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OhWhyChyGuy 12-09-2013 07:59 PM

resource guarding baby
I'm pretty sure my gsd is resource guarding my infant daughter, especially toward her 2 year old brother. This is a new behavior seen by him, but like another person said, I might have not seen the signs. I did today however when my dog lunged and snipped at him. What can I do?!

llombardo 12-09-2013 08:11 PM

Heavily supervise and keep separate until you figure it out. How was the dog with the toddler before the baby came along?

OhWhyChyGuy 12-09-2013 08:58 PM

Now that I recognize it, he always tended to resource guard the baby. First my son, now my daughter. And it always seemed to be with only one person, first it was my mother in law and now that we've moved it's my son.

MaggieRoseLee 12-10-2013 10:45 AM


Originally Posted by llombardo (Post 4644569)
Heavily supervise and keep separate until you figure it out. How was the dog with the toddler before the baby came along?

You have allowed your dog to be confused by permitting this behavior.

Your dog SHOULD know that you are in charge and YOU will take care of the children. I'd be very concerned that he's dismissing your leadership role and knows that if he doesn't take over no one cares about the kids.

With a new baby this will be hard but can you go back to dog classes so you can regain your leadership role outside the home? Then it will also start to transfer back into your house when you dog realizes 'oh, the humans have it, I can back off'.

WAY more exercise with you leading the walk or in charge of the game. And dog classes so you can re-learn how to have your dog follow you and listen to you in every situation.

OhWhyChyGuy 12-10-2013 02:20 PM

It is very concerning. I am a stay at home mom and I don't like the fact that he's constantly eye balling my child like he's going to pounce. I'm not sure of the steps to take to fix the problem.

gsdsar 12-10-2013 02:44 PM

This is a big deal.

I adopted out a foster. A wonderful dog to a very experienced dog home and a friend. 3 weeks she called me saying the dog but her husband. We talked for a long time and it came to light that the dog was following around her youngest son all day and got snippy with other dogs if they got close. And then bite was preceded by husband trying to take away an empty cereal bowl.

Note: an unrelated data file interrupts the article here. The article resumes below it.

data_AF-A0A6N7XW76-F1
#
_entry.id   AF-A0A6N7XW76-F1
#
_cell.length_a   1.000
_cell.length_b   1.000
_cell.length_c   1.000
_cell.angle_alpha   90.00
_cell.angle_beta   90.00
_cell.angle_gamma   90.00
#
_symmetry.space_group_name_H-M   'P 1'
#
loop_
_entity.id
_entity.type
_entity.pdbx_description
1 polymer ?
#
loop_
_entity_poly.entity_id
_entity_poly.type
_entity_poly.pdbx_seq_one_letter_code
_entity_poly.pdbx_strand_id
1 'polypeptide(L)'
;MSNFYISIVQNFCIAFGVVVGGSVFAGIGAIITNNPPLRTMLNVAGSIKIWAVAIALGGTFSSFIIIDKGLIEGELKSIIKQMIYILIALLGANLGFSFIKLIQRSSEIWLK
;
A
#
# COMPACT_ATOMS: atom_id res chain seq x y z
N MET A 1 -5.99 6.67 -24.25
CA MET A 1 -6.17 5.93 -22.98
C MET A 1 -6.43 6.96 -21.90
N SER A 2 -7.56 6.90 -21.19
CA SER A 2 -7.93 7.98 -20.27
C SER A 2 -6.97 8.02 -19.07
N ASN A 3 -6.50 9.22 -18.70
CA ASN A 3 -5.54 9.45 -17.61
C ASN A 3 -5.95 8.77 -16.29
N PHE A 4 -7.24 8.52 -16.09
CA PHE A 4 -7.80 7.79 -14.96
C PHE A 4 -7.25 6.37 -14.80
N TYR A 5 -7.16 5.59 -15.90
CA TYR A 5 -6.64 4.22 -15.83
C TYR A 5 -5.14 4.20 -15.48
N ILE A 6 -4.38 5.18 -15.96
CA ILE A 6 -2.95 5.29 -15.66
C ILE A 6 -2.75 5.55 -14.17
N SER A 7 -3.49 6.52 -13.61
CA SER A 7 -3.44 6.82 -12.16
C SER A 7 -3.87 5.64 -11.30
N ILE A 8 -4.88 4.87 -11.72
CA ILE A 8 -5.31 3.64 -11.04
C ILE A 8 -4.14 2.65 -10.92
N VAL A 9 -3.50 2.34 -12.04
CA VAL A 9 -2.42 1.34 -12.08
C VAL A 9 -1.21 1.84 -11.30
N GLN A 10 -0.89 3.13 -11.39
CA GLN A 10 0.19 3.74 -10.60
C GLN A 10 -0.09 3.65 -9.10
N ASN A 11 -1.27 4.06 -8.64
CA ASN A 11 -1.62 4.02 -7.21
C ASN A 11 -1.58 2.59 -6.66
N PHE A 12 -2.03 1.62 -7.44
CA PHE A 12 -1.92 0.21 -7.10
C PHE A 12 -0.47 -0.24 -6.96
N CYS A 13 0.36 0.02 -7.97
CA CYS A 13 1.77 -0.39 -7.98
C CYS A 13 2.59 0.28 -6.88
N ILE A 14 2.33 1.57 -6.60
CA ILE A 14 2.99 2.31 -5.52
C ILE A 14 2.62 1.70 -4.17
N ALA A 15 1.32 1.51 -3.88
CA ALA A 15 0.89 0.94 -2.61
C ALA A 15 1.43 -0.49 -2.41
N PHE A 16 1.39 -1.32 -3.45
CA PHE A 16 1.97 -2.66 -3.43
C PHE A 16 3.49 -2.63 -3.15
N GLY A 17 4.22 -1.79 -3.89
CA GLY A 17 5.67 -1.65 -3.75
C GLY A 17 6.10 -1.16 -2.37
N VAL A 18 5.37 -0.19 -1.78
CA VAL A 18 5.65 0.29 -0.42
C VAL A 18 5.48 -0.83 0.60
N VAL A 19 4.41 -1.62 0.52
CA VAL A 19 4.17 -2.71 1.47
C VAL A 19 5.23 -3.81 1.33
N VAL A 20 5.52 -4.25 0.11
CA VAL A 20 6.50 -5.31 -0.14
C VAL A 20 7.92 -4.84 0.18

But we realized that the resource guarding was escalating. The dog was immediately tethered or crated. He lost every priveledge. NILF. Strictly enforced. If the dog started trying to follow the youngest, she would redirect and do obedience. She gave her eldest son lessons in working with the dog.

It was very very hard work. But I know for a fact that it has dissipated. They have had no more issues and the rules have been relaxed a bit. But she is still diligent. Any sign of "claiming" and the dog is back on the program. Had this been any other adopter, I would have taken the dog back. And I would have if she asked.

You need to get professional help. This needs immediate intervention.

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OhWhyChyGuy 12-10-2013 02:49 PM

I'm glad you responded. I will definitely look into a trainer with more knowledge. I want to help him, but also don't want to make it worse.

MadLab 12-10-2013 03:13 PM


he's constantly eye balling my child like he's going to pounce.
Here's my 2 cents
When he eye balls anybody instruct him to go into bed or a place. Any time he looks at the child or goes near them instruct him into bed. Don't let the dog have any chance to act aggressively or possessive over anything in your house especially children. Turn the tables on the dog. Crate him when you can't supervise. Feed him away from the children. Exercise him daily. Take an active approach if you want to keep the dog. Start researching dog behavior more and train him. Start to let the dog know you will provide food water and exercise but you expect it to be obedient in the house in return.

Don't allow the children to feed the dog treats. Ask the children to be calm around the dog if possible. With young children it is more about the dog being totally under control and understanding that you are in charge and expect him to be not involved with the children s business. You can't really reason with a child and tell it to be quiet all the time so you just have to ask the dog to totally accept the noise and actions of the children.

Personally I would never leave a dog like that alone with a child/children as one bite is gonna seriously affect the child for the rest of it's life. It is not worth it. Better to get rid of the dog if you can't handle it or train it really well to not interfere with the children. In future you may have other kids over and you don't want the dog acting like this.

There is a child in my area and he got bite and he now gets hysterical any time he sees a dog and is actually making himself more of a target because he is so afraid. It is just a terrible cycle for any kid to be in.

OhWhyChyGuy 12-10-2013 03:41 PM

What's strange to me is that all of this escalated once I started retraining him, just with his basic obedience commands. Perhaps just coincidence. But once I started giving him more attention the more powerful it seemed to make him.

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